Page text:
By Jim Owen
It’s already been one of the worst winters in years, and a new line of storms is slamming much of the country with heavy snow, punishing winds, and sheets of ice. The weather has been so severe that many areas have declared states of emergency.
But, dangerous and difficult as this extreme weather can be, it has had an upside, too. As history has shown us many times, there is nothing like adversity to bring us together. Billy Graham was absolutely right when he said, “Comfort and prosperity have never enriched the world as much as adversity has.”
As exhibit A, I would point to recent news coverage from Atlanta, a city so unaccustomed to snow that a late January storm virtually paralyzed the city and left thousands stranded on the roadways. So what did people do? They trekked to the nearest interstate with sleds loaded with sandwiches and drinks. They set up hot chocolate stands at off-ramps. Aided by Facebook and Twitter, some with four-wheel-drive vehicles provided on-call taxi services. Others opened their homes, offering shelter to marooned commuters. It’s enough to make you believe in the goodness of humanity.
It does seem that in times of serious travail, it becomes easier for us to look past our differences. We can see others simply as people who are trying to get by, just like we are. We finally understand, on a gut level rather than as an abstract concept, that we really are all One.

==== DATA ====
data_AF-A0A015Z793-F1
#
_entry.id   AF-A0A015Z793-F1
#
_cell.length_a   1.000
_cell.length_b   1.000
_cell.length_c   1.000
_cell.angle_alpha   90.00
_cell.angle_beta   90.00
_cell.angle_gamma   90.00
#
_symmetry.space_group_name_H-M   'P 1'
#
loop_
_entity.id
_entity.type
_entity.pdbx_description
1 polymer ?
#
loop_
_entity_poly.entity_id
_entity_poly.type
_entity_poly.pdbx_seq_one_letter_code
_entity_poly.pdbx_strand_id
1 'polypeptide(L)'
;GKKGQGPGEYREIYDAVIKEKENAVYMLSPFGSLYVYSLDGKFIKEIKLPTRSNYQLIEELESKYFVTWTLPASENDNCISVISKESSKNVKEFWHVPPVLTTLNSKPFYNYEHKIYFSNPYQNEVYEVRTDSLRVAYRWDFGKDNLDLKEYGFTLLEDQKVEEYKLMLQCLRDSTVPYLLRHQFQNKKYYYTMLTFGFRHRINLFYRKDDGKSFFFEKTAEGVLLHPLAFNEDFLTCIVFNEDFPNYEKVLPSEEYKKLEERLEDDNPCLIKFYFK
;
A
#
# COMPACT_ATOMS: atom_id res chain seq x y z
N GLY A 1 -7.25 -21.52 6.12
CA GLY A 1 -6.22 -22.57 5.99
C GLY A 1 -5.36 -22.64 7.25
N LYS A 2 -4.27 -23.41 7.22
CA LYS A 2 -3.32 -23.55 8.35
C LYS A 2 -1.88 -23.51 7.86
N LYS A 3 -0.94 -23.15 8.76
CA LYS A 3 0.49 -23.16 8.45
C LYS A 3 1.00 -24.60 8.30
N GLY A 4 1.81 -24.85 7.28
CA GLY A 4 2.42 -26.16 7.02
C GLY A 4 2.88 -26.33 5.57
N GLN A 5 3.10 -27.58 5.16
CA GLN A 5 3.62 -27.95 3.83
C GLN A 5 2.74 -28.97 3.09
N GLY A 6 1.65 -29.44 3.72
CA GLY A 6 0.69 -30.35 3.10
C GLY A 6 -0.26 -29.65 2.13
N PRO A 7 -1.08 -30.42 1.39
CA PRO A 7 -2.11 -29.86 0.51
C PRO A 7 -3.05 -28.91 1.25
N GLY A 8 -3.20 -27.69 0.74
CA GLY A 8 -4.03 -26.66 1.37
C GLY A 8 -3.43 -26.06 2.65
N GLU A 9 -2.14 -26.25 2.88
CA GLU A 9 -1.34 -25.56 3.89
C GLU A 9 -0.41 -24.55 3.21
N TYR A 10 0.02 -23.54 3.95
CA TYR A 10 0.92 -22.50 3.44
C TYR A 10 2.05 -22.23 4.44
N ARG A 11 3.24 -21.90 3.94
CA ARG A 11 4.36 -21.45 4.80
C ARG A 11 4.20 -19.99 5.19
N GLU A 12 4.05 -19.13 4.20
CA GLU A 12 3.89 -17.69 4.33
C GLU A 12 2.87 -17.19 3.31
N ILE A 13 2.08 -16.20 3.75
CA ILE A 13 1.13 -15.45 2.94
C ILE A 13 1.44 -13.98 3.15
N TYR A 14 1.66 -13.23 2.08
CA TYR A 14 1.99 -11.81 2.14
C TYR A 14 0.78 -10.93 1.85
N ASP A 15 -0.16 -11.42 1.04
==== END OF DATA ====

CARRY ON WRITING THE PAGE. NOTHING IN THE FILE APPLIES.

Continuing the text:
This isn’t just a philosophical or spiritual belief. Scientists tell us that the atoms we breathe today could be the same ones breathed by Julius Caesar or Joan of Arc. That reminds us that we and all our forebears literally have been passengers on the same planet. What’s more, genealologists are now able to link 75 million people as members of the same extended family tree, according to a recent article in the New York Times. Couple that kind of ongoing research with our rapidly advancing capabilities for DNA analysis, and we may someday be able to show how every human on the planet is related.
The next time I come across a stranger in need, that’s what I’ll be thinking about. That, and the image of a hot chocolate stand next to a snow-covered freeway.